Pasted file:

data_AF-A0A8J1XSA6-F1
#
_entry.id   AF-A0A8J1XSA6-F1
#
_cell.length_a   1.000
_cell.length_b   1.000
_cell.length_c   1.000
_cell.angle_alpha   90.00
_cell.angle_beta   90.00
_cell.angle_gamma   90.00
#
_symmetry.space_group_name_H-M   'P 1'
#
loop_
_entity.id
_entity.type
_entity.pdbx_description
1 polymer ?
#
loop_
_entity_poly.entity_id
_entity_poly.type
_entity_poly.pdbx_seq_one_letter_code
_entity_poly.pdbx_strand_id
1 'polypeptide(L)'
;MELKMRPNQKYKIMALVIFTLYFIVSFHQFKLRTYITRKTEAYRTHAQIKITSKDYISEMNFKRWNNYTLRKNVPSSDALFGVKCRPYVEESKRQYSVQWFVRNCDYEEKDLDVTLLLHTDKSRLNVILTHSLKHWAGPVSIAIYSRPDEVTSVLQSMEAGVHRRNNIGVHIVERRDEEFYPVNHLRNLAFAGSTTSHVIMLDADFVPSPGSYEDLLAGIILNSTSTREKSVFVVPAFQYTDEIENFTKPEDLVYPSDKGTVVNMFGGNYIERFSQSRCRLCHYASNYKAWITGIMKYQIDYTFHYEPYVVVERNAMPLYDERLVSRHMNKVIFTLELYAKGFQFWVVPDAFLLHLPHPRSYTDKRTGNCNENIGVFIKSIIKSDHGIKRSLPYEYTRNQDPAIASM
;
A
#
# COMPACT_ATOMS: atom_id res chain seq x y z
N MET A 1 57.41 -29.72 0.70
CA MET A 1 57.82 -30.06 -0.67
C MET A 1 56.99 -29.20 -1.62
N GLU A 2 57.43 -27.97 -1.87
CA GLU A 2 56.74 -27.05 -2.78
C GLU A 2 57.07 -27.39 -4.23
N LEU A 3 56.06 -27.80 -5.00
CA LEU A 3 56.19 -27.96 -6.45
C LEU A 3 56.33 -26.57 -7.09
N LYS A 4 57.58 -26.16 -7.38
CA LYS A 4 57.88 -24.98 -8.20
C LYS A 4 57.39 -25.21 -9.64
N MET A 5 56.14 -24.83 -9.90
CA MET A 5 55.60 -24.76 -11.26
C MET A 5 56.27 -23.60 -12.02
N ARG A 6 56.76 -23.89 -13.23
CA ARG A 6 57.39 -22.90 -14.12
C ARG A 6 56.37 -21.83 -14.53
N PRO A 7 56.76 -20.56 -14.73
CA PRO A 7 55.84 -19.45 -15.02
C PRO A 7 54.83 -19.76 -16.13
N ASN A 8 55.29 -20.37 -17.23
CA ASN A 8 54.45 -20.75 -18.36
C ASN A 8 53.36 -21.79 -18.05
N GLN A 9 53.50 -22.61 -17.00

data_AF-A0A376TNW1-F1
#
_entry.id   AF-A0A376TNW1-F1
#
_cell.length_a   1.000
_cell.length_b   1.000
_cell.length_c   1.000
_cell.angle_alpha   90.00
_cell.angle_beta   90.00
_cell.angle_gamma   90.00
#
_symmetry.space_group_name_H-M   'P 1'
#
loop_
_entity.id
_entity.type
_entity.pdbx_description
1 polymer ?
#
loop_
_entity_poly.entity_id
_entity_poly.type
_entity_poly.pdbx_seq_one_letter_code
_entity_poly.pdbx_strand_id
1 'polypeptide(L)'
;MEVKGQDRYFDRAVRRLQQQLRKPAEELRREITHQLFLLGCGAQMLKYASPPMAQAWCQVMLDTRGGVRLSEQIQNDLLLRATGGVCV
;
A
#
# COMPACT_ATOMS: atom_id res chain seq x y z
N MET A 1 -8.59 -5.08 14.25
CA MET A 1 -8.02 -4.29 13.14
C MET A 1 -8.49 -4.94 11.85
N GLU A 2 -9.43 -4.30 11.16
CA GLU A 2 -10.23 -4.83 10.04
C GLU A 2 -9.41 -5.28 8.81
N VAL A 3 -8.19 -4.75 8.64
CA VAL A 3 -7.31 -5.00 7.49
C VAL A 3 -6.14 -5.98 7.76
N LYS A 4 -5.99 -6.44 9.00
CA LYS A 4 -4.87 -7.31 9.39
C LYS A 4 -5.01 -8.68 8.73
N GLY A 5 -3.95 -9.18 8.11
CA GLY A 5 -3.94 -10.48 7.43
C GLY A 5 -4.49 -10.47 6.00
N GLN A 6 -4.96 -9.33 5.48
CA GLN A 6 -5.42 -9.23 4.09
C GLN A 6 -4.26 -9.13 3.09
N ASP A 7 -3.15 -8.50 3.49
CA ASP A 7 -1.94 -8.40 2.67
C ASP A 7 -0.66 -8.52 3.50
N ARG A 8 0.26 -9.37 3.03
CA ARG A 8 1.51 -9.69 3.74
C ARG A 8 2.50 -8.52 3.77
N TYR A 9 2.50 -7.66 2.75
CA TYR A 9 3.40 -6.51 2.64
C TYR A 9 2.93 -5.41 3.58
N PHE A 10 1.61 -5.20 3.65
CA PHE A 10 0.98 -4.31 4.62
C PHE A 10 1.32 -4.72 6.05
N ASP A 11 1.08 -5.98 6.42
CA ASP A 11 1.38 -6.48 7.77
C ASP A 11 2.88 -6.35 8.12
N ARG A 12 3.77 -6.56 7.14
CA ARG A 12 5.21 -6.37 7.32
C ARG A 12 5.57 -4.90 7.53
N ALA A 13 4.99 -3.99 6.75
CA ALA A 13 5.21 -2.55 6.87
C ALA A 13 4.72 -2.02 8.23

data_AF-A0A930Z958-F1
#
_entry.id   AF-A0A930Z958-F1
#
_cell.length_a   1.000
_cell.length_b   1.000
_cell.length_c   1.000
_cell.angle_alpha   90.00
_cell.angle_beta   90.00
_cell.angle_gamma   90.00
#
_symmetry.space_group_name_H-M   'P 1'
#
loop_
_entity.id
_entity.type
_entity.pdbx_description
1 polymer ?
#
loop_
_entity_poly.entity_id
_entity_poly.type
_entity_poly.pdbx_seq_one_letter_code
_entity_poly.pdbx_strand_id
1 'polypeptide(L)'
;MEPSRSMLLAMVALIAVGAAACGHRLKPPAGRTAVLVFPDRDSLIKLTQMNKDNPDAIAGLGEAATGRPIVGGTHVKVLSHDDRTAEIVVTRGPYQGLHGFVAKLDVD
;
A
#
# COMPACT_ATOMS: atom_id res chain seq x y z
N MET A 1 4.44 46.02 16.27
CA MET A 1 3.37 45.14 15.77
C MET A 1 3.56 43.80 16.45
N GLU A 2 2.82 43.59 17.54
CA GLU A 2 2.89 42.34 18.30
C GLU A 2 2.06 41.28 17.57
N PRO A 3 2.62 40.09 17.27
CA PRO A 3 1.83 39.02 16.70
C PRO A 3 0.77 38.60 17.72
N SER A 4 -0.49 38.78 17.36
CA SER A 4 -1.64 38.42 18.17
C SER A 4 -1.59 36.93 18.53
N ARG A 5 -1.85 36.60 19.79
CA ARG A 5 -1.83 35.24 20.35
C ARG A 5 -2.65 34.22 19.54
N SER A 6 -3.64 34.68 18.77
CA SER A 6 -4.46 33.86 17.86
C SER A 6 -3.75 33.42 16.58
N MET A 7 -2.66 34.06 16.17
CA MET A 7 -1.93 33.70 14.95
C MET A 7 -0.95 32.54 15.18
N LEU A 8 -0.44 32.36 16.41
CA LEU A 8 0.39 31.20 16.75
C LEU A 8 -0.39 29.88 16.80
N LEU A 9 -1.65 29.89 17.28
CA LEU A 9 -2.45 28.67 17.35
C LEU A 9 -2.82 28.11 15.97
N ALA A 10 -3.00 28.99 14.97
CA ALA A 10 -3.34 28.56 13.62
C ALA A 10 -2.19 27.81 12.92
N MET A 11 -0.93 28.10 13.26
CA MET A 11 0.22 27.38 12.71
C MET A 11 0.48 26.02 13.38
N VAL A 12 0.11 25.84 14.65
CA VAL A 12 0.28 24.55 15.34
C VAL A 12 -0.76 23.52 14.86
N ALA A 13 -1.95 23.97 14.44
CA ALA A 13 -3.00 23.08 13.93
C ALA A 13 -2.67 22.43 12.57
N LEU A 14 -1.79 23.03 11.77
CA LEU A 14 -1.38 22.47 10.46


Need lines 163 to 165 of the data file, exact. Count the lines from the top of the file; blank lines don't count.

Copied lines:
C PRO A 3 0.77 38.60 17.72
N SER A 4 -0.49 38.78 17.36
CA SER A 4 -1.64 38.42 18.17